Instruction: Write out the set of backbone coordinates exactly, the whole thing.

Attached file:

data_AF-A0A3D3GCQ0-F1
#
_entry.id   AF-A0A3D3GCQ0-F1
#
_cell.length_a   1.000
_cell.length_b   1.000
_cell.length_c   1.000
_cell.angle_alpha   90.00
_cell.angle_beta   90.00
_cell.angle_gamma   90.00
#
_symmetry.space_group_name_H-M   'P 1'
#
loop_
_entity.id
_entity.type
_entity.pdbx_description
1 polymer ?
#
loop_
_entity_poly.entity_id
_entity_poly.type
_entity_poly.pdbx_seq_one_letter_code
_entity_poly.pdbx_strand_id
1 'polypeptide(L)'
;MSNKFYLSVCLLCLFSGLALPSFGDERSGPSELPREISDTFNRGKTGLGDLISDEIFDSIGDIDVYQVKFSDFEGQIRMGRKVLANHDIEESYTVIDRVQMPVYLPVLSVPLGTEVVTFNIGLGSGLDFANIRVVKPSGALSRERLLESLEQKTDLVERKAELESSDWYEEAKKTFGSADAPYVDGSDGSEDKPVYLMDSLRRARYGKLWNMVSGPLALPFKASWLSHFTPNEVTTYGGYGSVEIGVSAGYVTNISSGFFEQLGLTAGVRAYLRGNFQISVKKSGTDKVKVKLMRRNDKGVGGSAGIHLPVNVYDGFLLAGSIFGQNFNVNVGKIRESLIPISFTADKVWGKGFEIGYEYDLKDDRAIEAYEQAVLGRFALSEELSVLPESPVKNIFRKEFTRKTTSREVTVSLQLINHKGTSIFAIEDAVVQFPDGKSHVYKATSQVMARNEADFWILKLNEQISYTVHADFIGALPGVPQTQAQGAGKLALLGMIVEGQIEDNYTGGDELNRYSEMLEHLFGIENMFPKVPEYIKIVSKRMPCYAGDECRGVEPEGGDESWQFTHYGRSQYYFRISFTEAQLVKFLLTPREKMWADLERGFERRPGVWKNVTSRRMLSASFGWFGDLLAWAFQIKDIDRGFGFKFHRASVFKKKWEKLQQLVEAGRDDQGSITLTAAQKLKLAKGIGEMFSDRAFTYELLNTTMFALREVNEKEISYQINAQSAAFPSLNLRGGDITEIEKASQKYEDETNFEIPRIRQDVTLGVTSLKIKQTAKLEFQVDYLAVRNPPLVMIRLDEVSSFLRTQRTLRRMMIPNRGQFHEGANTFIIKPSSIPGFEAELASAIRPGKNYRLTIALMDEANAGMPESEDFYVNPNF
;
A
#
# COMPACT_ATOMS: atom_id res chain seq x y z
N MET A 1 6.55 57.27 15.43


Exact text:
data_AF-A0A3D3GCQ0-F1
#
_entry.id   AF-A0A3D3GCQ0-F1
#
_cell.length_a   1.000
_cell.length_b   1.000
_cell.length_c   1.000
_cell.angle_alpha   90.00
_cell.angle_beta   90.00
_cell.angle_gamma   90.00
#
_symmetry.space_group_name_H-M   'P 1'
#
loop_
_entity.id
_entity.type
_entity.pdbx_description
1 polymer ?
#
loop_
_entity_poly.entity_id
_entity_poly.type
_entity_poly.pdbx_seq_one_letter_code
_entity_poly.pdbx_strand_id
1 'polypeptide(L)'
;MSNKFYLSVCLLCLFSGLALPSFGDERSGPSELPREISDTFNRGKTGLGDLISDEIFDSIGDIDVYQVKFSDFEGQIRMGRKVLANHDIEESYTVIDRVQMPVYLPVLSVPLGTEVVTFNIGLGSGLDFANIRVVKPSGALSRERLLESLEQKTDLVERKAELESSDWYEEAKKTFGSADAPYVDGSDGSEDKPVYLMDSLRRARYGKLWNMVSGPLALPFKASWLSHFTPNEVTTYGGYGSVEIGVSAGYVTNISSGFFEQLGLTAGVRAYLRGNFQISVKKSGTDKVKVKLMRRNDKGVGGSAGIHLPVNVYDGFLLAGSIFGQNFNVNVGKIRESLIPISFTADKVWGKGFEIGYEYDLKDDRAIEAYEQAVLGRFALSEELSVLPESPVKNIFRKEFTRKTTSREVTVSLQLINHKGTSIFAIEDAVVQFPDGKSHVYKATSQVMARNEADFWILKLNEQISYTVHADFIGALPGVPQTQAQGAGKLALLGMIVEGQIEDNYTGGDELNRYSEMLEHLFGIENMFPKVPEYIKIVSKRMPCYAGDECRGVEPEGGDESWQFTHYGRSQYYFRISFTEAQLVKFLLTPREKMWADLERGFERRPGVWKNVTSRRMLSASFGWFGDLLAWAFQIKDIDRGFGFKFHRASVFKKKWEKLQQLVEAGRDDQGSITLTAAQKLKLAKGIGEMFSDRAFTYELLNTTMFALREVNEKEISYQINAQSAAFPSLNLRGGDITEIEKASQKYEDETNFEIPRIRQDVTLGVTSLKIKQTAKLEFQVDYLAVRNPPLVMIRLDEVSSFLRTQRTLRRMMIPNRGQFHEGANTFIIKPSSIPGFEAELASAIRPGKNYRLTIALMDEANAGMPESEDFYVNPNF
;
A
#
# COMPACT_ATOMS: atom_id res chain seq x y z
N MET A 1 6.55 57.27 15.43